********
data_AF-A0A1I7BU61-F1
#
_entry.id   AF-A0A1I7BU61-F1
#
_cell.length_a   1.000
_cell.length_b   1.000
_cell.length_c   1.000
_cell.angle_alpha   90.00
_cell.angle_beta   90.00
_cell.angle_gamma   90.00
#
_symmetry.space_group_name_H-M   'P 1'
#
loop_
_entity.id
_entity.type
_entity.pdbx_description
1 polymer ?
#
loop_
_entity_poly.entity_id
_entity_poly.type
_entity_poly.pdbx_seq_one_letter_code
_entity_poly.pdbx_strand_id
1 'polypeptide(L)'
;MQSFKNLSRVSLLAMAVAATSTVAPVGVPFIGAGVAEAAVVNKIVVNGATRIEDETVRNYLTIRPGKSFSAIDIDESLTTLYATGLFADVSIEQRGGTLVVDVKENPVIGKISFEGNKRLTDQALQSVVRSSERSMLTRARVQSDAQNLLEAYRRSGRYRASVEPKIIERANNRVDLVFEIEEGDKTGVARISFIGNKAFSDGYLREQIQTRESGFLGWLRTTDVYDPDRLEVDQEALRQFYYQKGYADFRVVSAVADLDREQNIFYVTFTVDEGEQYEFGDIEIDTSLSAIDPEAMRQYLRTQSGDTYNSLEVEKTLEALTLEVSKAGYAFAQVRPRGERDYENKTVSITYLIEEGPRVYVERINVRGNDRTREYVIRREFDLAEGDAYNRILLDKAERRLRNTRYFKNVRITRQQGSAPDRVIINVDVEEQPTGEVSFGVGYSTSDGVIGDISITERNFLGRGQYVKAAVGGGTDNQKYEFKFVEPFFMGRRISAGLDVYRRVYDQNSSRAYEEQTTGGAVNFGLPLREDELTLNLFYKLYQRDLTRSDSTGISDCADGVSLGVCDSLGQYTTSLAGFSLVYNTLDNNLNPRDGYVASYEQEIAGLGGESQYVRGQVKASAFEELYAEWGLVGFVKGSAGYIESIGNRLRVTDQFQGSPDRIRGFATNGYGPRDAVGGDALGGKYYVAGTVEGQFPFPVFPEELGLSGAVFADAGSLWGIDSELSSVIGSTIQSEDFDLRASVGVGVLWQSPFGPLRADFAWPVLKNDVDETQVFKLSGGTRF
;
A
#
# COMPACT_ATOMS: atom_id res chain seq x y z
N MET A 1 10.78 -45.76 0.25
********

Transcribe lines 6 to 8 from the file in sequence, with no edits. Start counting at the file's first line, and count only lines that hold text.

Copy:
_cell.length_b   1.000
_cell.length_c   1.000
_cell.angle_alpha   90.00